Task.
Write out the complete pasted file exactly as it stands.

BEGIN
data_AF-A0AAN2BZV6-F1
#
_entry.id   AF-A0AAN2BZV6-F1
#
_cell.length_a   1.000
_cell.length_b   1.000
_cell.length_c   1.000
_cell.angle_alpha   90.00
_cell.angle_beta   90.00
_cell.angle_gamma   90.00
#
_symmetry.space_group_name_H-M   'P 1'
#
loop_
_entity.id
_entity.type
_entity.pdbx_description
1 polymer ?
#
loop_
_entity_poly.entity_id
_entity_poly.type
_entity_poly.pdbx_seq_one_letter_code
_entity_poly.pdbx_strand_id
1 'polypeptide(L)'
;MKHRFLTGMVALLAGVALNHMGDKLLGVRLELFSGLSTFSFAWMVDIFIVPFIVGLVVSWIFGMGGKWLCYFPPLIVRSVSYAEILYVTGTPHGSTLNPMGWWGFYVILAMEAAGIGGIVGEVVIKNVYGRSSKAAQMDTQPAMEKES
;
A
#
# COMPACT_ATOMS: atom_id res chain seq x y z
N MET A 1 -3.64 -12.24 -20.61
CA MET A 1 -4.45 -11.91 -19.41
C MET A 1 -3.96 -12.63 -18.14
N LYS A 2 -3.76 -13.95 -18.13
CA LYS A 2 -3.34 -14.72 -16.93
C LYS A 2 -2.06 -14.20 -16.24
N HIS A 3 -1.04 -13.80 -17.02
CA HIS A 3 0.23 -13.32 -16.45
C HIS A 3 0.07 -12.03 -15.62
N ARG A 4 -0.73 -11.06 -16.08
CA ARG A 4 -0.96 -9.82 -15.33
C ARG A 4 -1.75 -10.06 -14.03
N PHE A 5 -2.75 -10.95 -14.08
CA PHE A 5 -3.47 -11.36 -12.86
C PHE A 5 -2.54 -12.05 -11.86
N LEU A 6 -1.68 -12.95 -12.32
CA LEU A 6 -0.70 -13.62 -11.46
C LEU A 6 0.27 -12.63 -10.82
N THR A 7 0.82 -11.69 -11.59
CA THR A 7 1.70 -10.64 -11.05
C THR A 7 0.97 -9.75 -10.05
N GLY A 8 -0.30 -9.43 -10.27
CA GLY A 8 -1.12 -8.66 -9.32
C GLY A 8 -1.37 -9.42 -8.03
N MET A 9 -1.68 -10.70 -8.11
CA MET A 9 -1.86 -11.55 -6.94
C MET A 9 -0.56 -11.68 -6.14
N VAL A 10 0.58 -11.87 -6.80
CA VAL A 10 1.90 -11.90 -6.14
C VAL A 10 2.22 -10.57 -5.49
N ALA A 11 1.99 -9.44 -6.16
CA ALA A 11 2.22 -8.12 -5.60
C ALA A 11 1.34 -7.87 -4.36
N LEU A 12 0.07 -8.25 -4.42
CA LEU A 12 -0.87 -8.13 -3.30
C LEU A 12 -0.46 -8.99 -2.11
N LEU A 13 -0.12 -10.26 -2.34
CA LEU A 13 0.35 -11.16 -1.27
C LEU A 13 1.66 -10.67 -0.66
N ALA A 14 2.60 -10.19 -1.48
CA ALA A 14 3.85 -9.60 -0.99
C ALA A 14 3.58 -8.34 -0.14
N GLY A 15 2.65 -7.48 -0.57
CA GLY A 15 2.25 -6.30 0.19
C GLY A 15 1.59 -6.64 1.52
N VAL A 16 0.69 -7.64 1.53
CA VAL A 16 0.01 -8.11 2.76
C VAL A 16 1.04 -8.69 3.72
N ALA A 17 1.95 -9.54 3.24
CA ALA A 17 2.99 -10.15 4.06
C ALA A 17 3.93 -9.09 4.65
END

data_AF-A0AAN2BZV6-F1
#
_entry.id   AF-A0AAN2BZV6-F1
#
_cell.length_a   1.000
_cell.length_b   1.000
_cell.length_c   1.000
_cell.angle_alpha   90.00
_cell.angle_beta   90.00
_cell.angle_gamma   90.00
#
_symmetry.space_group_name_H-M   'P 1'
#
loop_
_entity.id
_entity.type
_entity.pdbx_description
1 polymer ?
#
loop_
_entity_poly.entity_id
_entity_poly.type
_entity_poly.pdbx_seq_one_letter_code
_entity_poly.pdbx_strand_id
1 'polypeptide(L)'
;MKHRFLTGMVALLAGVALNHMGDKLLGVRLELFSGLSTFSFAWMVDIFIVPFIVGLVVSWIFGMGGKWLCYFPPLIVRSVSYAEILYVTGTPHGSTLNPMGWWGFYVILAMEAAGIGGIVGEVVIKNVYGRSSKAAQMDTQPAMEKES
;
A
#
# COMPACT_ATOMS: atom_id res chain seq x y z
N MET A 1 -3.64 -12.24 -20.61
CA MET A 1 -4.45 -11.91 -19.41
C MET A 1 -3.96 -12.63 -18.14
N LYS A 2 -3.76 -13.95 -18.13
CA LYS A 2 -3.34 -14.72 -16.93
C LYS A 2 -2.06 -14.20 -16.24
N HIS A 3 -1.04 -13.80 -17.02
CA HIS A 3 0.23 -13.32 -16.45
C HIS A 3 0.07 -12.03 -15.62
N ARG A 4 -0.73 -11.06 -16.08
CA ARG A 4 -0.96 -9.82 -15.33
C ARG A 4 -1.75 -10.06 -14.03
N PHE A 5 -2.75 -10.95 -14.08
CA PHE A 5 -3.47 -11.36 -12.86
C PHE A 5 -2.54 -12.05 -11.86
N LEU A 6 -1.68 -12.95 -12.32
CA LEU A 6 -0.70 -13.62 -11.46
C LEU A 6 0.27 -12.63 -10.82
N THR A 7 0.82 -11.69 -11.59
CA THR A 7 1.70 -10.64 -11.05
C THR A 7 0.97 -9.75 -10.05
N GLY A 8 -0.30 -9.43 -10.27
CA GLY A 8 -1.12 -8.66 -9.32
C GLY A 8 -1.37 -9.42 -8.03
N MET A 9 -1.68 -10.70 -8.11
CA MET A 9 -1.86 -11.55 -6.94
C MET A 9 -0.56 -11.68 -6.14
N VAL A 10 0.58 -11.87 -6.80
CA VAL A 10 1.90 -11.90 -6.14
C VAL A 10 2.22 -10.57 -5.49
N ALA A 11 1.99 -9.44 -6.16
CA ALA A 11 2.22 -8.12 -5.60
C ALA A 11 1.34 -7.87 -4.36
N LEU A 12 0.07 -8.25 -4.42
CA LEU A 12 -0.87 -8.13 -3.30
C LEU A 12 -0.46 -8.99 -2.11
N LEU A 13 -0.12 -10.26 -2.34
CA LEU A 13 0.35 -11.16 -1.27
C LEU A 13 1.66 -10.67 -0.66
N ALA A 14 2.60 -10.19 -1.48
CA ALA A 14 3.85 -9.60 -0.99
C ALA A 14 3.58 -8.34 -0.14
N GLY A 15 2.65 -7.48 -0.57
CA GLY A 15 2.25 -6.30 0.19
C GLY A 15 1.59 -6.64 1.52
N VAL A 16 0.69 -7.64 1.53
CA VAL A 16 0.01 -8.11 2.76
C VAL A 16 1.04 -8.69 3.72
N ALA A 17 1.95 -9.54 3.24
CA ALA A 17 2.99 -10.15 4.06
C ALA A 17 3.93 -9.09 4.65